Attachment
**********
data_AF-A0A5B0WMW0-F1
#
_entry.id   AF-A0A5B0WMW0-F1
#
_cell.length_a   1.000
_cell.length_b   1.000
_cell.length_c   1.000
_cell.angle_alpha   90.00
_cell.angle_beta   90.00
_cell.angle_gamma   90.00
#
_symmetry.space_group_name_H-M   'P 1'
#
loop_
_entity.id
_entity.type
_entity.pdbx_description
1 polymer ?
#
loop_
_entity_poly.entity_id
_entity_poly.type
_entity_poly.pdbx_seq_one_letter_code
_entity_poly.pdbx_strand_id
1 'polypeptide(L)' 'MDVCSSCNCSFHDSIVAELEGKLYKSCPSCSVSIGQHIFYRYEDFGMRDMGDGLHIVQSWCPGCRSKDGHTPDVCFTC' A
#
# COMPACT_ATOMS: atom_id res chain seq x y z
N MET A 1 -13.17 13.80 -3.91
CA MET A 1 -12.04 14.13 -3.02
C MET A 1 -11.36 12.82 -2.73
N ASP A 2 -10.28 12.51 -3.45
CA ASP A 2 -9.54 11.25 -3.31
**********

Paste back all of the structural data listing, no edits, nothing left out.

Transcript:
data_AF-A0A5B0WMW0-F1
#
_entry.id   AF-A0A5B0WMW0-F1
#
_cell.length_a   1.000
_cell.length_b   1.000
_cell.length_c   1.000
_cell.angle_alpha   90.00
_cell.angle_beta   90.00
_cell.angle_gamma   90.00
#
_symmetry.space_group_name_H-M   'P 1'
#
loop_
_entity.id
_entity.type
_entity.pdbx_description
1 polymer ?
#
loop_
_entity_poly.entity_id
_entity_poly.type
_entity_poly.pdbx_seq_one_letter_code
_entity_poly.pdbx_strand_id
1 'polypeptide(L)' 'MDVCSSCNCSFHDSIVAELEGKLYKSCPSCSVSIGQHIFYRYEDFGMRDMGDGLHIVQSWCPGCRSKDGHTPDVCFTC' A
#
# COMPACT_ATOMS: atom_id res chain seq x y z
N MET A 1 -13.17 13.80 -3.91
CA MET A 1 -12.04 14.13 -3.02
C MET A 1 -11.36 12.82 -2.73
N ASP A 2 -10.28 12.51 -3.45
CA ASP A 2 -9.54 11.25 -3.31